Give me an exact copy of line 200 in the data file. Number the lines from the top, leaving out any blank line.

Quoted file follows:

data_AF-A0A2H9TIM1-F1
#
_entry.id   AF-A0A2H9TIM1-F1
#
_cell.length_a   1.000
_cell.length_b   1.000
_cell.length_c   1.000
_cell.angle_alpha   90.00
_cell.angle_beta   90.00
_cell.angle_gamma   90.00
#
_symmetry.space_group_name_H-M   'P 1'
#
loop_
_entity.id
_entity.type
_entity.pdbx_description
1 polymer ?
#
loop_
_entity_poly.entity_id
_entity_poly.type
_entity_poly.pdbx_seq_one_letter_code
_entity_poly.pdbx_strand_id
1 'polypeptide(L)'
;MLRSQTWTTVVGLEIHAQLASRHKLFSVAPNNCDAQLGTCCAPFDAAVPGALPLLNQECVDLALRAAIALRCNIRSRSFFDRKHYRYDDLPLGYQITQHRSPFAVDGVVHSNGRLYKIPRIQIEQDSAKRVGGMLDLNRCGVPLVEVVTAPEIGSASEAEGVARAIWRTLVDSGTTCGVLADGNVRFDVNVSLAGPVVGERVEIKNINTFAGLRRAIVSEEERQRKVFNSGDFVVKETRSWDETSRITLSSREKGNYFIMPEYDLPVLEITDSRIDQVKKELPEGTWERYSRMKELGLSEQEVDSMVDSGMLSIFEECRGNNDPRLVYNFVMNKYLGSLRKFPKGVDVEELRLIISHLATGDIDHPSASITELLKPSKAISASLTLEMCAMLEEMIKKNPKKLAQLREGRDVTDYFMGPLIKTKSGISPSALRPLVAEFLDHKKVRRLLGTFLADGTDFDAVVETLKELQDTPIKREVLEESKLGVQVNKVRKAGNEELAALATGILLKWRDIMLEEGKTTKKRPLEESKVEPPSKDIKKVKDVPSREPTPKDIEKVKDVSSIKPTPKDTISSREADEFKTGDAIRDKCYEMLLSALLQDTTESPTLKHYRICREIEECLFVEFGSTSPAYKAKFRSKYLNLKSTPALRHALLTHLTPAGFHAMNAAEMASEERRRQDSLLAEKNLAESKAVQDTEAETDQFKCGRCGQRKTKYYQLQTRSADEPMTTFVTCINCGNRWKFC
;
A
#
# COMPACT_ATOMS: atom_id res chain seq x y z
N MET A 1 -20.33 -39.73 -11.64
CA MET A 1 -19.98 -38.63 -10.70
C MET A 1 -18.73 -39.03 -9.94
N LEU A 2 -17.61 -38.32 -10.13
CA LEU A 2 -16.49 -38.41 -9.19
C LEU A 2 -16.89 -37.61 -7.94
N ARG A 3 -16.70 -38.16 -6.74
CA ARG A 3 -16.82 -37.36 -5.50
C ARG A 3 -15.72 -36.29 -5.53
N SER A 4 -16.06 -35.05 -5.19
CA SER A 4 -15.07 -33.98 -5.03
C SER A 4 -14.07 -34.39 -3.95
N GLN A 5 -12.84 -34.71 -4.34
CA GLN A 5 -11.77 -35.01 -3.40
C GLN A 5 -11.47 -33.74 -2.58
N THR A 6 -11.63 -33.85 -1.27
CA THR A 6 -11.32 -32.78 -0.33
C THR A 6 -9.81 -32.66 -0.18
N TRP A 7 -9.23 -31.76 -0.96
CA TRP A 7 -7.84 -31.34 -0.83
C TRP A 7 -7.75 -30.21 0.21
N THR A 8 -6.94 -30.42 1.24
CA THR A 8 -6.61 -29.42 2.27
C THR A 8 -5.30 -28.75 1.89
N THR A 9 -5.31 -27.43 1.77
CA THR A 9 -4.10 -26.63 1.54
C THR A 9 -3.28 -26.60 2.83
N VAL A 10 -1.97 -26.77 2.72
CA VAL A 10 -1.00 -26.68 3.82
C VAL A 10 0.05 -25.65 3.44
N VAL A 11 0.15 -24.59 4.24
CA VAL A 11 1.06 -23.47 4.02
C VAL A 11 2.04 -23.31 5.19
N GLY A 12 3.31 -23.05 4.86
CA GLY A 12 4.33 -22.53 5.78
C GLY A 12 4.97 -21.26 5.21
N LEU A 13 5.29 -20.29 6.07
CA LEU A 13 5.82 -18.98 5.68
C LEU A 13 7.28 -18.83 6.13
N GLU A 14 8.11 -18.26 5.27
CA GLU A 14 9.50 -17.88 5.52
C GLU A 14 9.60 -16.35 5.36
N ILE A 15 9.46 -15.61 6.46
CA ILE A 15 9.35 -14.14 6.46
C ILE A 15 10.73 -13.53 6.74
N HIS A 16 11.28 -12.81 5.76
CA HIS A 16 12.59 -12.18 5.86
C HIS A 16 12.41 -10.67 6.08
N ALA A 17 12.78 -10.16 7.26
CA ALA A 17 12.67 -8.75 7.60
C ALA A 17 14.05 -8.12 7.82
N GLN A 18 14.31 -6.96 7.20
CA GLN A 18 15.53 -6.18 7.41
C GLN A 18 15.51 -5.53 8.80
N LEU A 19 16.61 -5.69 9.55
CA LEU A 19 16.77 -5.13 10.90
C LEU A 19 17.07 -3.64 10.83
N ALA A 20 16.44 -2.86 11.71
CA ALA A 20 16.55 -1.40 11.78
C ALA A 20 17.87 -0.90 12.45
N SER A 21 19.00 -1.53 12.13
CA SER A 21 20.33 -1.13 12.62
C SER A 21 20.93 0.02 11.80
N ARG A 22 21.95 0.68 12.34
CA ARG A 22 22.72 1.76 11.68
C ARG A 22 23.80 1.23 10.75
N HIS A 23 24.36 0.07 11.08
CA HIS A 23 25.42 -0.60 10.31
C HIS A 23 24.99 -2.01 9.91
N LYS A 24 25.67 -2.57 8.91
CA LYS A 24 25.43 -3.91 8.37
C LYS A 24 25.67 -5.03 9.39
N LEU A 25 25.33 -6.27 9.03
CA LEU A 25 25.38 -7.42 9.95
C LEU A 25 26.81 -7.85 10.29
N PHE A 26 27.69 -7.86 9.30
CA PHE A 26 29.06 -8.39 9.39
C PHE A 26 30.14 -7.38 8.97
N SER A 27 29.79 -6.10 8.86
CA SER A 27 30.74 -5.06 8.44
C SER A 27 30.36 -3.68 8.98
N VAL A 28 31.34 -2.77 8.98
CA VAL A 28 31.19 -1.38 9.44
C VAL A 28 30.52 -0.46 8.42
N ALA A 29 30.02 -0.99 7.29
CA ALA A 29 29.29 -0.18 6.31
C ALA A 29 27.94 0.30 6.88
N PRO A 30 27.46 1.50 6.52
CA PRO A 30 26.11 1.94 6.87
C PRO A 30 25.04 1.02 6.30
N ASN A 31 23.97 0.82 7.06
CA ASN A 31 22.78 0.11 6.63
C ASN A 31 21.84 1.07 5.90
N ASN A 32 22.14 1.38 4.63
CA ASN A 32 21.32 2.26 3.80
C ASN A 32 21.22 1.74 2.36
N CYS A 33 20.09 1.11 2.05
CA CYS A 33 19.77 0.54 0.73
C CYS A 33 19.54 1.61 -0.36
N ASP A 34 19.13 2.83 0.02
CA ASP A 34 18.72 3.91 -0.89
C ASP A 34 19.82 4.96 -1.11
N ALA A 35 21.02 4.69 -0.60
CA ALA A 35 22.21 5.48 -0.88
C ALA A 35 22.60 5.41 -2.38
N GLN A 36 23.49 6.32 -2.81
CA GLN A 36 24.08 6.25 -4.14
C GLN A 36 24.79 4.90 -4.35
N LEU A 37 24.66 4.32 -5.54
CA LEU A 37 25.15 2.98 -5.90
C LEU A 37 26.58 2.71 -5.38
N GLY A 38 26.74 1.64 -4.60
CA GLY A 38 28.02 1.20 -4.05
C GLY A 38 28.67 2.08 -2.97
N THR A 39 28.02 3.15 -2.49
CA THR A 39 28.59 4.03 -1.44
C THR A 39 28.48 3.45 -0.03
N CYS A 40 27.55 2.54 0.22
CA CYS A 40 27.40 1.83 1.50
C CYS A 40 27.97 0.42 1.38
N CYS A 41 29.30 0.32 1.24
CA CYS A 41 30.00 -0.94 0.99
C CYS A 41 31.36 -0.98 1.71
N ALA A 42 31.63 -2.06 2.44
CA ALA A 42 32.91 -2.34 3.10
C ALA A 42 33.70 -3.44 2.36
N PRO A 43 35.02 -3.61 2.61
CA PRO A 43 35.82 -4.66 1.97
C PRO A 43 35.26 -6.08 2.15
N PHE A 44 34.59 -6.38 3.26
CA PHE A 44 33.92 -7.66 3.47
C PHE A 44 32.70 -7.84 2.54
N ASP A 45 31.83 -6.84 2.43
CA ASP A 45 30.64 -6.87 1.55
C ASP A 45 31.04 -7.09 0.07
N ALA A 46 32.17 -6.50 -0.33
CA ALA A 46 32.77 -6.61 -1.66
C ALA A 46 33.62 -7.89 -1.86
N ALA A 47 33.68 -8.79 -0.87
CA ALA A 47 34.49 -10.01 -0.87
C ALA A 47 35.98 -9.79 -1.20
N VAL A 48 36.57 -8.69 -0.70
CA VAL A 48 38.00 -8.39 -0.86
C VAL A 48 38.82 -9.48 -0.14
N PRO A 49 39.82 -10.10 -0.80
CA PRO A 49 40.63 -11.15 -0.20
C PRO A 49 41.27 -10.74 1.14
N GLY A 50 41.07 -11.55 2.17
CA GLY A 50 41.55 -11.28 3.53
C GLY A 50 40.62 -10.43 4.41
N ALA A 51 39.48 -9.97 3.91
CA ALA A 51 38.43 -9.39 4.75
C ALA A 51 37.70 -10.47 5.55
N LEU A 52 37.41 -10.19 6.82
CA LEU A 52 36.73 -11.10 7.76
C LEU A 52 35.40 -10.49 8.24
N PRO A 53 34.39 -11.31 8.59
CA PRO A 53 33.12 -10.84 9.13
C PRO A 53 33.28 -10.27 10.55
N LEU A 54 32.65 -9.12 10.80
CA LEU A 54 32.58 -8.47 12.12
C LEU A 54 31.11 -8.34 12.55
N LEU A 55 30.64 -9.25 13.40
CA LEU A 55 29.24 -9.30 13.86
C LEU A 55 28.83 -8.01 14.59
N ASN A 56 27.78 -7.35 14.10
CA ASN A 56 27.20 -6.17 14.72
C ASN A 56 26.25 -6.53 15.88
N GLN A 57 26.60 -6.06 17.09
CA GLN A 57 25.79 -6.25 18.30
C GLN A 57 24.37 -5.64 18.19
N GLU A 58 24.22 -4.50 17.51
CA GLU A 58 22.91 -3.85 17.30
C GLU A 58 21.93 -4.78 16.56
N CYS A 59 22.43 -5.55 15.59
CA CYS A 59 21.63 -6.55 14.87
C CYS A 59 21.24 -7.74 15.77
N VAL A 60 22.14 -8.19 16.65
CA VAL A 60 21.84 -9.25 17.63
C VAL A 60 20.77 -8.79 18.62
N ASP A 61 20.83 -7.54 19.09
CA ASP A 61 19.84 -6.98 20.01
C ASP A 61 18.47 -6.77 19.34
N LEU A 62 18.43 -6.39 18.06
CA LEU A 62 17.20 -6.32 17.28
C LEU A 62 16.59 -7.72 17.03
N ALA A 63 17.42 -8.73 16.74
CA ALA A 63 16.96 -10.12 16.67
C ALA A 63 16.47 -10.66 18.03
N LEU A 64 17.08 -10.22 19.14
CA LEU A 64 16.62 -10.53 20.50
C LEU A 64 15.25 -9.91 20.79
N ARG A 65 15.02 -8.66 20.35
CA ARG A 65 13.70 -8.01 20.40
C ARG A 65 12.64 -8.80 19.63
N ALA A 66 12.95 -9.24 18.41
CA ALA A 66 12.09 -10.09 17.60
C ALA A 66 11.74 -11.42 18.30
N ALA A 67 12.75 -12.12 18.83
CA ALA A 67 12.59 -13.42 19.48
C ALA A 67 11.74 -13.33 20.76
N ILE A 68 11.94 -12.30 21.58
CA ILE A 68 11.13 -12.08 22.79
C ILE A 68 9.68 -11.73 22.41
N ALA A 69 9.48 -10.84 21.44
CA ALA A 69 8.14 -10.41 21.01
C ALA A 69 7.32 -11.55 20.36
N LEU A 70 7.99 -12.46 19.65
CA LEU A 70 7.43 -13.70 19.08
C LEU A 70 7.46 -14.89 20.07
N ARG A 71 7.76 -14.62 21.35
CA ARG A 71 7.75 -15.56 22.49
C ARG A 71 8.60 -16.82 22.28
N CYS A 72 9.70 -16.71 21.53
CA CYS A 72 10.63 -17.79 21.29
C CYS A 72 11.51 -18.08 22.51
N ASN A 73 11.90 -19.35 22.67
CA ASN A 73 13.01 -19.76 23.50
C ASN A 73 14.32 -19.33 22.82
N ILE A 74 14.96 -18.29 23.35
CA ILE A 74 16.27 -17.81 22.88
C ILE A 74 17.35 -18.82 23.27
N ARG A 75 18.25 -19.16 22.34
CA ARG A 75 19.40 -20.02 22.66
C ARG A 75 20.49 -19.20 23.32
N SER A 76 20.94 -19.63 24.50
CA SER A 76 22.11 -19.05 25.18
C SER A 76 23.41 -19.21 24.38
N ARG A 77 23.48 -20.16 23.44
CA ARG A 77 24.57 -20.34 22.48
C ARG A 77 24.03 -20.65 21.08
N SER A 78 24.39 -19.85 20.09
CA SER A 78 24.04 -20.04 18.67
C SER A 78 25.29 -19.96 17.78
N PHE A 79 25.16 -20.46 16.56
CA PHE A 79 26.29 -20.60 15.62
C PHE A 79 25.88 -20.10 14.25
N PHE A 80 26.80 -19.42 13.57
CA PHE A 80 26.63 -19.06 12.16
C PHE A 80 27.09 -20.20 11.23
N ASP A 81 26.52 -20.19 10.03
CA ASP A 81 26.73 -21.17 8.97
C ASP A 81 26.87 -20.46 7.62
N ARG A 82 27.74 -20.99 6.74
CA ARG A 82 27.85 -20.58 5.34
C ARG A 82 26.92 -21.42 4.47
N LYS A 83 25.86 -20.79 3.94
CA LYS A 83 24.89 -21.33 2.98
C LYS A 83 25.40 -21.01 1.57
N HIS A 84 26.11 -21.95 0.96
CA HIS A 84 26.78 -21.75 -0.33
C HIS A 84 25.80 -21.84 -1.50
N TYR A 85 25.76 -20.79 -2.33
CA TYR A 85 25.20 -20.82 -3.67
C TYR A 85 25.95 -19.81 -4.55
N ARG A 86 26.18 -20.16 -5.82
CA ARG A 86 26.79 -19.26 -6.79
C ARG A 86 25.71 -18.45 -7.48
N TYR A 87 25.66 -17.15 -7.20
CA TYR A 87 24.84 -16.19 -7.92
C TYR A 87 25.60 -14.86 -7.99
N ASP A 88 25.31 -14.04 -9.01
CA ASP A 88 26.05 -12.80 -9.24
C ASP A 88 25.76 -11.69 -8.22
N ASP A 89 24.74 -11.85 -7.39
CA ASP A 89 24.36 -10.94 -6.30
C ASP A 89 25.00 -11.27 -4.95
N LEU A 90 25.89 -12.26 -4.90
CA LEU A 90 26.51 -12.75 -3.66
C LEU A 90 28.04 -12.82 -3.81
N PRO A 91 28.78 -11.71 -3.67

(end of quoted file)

CA GLN A 57 25.79 -6.25 18.30